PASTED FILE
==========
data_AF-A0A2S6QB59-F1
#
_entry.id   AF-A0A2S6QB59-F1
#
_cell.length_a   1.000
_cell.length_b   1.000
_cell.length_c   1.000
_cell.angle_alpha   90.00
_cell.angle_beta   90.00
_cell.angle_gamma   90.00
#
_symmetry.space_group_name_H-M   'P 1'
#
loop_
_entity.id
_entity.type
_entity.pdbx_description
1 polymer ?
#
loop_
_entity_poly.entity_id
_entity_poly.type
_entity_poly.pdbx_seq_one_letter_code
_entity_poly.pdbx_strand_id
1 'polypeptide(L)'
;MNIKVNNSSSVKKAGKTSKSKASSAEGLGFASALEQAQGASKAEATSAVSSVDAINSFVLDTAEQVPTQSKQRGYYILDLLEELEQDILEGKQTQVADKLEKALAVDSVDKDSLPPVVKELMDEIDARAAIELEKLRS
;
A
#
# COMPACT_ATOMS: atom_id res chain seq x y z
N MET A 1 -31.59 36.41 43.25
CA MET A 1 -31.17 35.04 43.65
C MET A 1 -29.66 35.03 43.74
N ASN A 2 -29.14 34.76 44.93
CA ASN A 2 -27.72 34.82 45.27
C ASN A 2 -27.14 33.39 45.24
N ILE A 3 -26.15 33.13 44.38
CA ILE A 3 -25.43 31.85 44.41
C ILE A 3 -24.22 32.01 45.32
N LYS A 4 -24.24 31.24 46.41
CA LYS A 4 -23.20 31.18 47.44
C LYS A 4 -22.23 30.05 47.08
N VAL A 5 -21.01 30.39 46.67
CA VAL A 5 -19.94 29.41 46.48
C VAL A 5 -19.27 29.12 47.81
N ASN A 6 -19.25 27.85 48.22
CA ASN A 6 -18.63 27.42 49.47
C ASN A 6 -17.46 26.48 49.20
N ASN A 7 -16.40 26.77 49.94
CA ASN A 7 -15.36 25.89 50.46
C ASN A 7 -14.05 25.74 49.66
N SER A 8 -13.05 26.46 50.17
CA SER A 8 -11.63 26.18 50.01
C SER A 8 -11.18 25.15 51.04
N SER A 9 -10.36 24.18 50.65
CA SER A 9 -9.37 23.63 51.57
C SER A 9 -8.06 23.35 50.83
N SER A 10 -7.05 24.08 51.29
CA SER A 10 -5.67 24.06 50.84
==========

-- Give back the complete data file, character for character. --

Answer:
data_AF-A0A2S6QB59-F1
#
_entry.id   AF-A0A2S6QB59-F1
#
_cell.length_a   1.000
_cell.length_b   1.000
_cell.length_c   1.000
_cell.angle_alpha   90.00
_cell.angle_beta   90.00
_cell.angle_gamma   90.00
#
_symmetry.space_group_name_H-M   'P 1'
#
loop_
_entity.id
_entity.type
_entity.pdbx_description
1 polymer ?
#
loop_
_entity_poly.entity_id
_entity_poly.type
_entity_poly.pdbx_seq_one_letter_code
_entity_poly.pdbx_strand_id
1 'polypeptide(L)'
;MNIKVNNSSSVKKAGKTSKSKASSAEGLGFASALEQAQGASKAEATSAVSSVDAINSFVLDTAEQVPTQSKQRGYYILDLLEELEQDILEGKQTQVADKLEKALAVDSVDKDSLPPVVKELMDEIDARAAIELEKLRS
;
A
#
# COMPACT_ATOMS: atom_id res chain seq x y z
N MET A 1 -31.59 36.41 43.25
CA MET A 1 -31.17 35.04 43.65
C MET A 1 -29.66 35.03 43.74
N ASN A 2 -29.14 34.76 44.93
CA ASN A 2 -27.72 34.82 45.27
C ASN A 2 -27.14 33.39 45.24
N ILE A 3 -26.15 33.13 44.38
CA ILE A 3 -25.43 31.85 44.41
C ILE A 3 -24.22 32.01 45.32
N LYS A 4 -24.24 31.24 46.41
CA LYS A 4 -23.20 31.18 47.44
C LYS A 4 -22.23 30.05 47.08
N VAL A 5 -21.01 30.39 46.67
CA VAL A 5 -19.94 29.41 46.48
C VAL A 5 -19.27 29.12 47.81
N ASN A 6 -19.25 27.85 48.22
CA ASN A 6 -18.63 27.42 49.47
C ASN A 6 -17.46 26.48 49.20
N ASN A 7 -16.40 26.77 49.94
CA ASN A 7 -15.36 25.89 50.46
C ASN A 7 -14.05 25.74 49.66
N SER A 8 -13.05 26.46 50.17
CA SER A 8 -11.63 26.18 50.01
C SER A 8 -11.18 25.15 51.04
N SER A 9 -10.36 24.18 50.65
CA SER A 9 -9.37 23.63 51.57
C SER A 9 -8.06 23.35 50.83
N SER A 10 -7.05 24.08 51.29
CA SER A 10 -5.67 24.06 50.84